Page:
The AMT Problem: Giving Credit Where Credit is Due


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As is always true in politics, the Congressional debate over the Alternative Minimum Tax (AMT) right now is not just about what's wrong with the tax-- it's also about whose fault it is.

This may seem like a spiteful thing to discuss, but in this case it's important: federal tax cuts enacted in 2001 have set the AMT on a collision course with millions of upper-middle-income Americans. People need to know that the coming AMT explosion was an entirely predictable outcome of conscious legislative decisions that can be reversed.

And the San Francisco Chronicle's editorial board nails it:
Thanks to a lack of foresight, however, on behalf of our former congressional leaders (who failed to index the tax to inflation) and our president (whose 2001 tax cuts pushed millions more people into the range of the alternative minimum tax), you're paying it.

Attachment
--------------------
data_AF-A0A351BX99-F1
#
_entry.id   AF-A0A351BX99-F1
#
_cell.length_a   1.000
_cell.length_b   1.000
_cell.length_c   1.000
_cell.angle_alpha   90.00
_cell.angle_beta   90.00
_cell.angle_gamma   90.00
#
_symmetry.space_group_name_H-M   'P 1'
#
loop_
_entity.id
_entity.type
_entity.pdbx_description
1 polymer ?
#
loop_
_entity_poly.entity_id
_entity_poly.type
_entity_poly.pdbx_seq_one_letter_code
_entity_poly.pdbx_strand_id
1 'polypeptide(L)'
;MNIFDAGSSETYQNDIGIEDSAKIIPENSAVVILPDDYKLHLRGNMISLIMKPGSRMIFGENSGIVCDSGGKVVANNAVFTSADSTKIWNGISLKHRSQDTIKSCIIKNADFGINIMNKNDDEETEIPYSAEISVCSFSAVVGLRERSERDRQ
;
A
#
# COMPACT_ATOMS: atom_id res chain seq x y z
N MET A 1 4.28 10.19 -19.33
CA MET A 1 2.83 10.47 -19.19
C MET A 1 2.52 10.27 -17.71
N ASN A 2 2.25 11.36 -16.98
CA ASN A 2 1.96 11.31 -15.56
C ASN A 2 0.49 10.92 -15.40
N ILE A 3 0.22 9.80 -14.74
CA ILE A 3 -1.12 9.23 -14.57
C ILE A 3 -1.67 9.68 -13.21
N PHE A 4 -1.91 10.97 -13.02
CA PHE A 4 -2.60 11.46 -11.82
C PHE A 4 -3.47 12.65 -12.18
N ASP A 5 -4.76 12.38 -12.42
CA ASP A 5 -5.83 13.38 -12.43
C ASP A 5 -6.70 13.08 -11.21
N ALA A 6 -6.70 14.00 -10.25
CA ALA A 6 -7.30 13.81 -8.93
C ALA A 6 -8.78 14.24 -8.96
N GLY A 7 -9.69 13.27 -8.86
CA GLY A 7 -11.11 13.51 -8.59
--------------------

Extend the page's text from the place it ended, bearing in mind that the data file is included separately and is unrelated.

Part of the solution is easy-- increasing the exemption to keep pace with inflation. But part of the solution involves recognizing that the current AMT and the Bush tax cuts are inherently at war with each other.

The Chronicle misses a third point, which is that the tax base of the AMT has been weakened in a way that makes it more like the loophole-ridden regular tax it's designed to back up. See CTJ's plan for more details.

But two out of three ain't bad.
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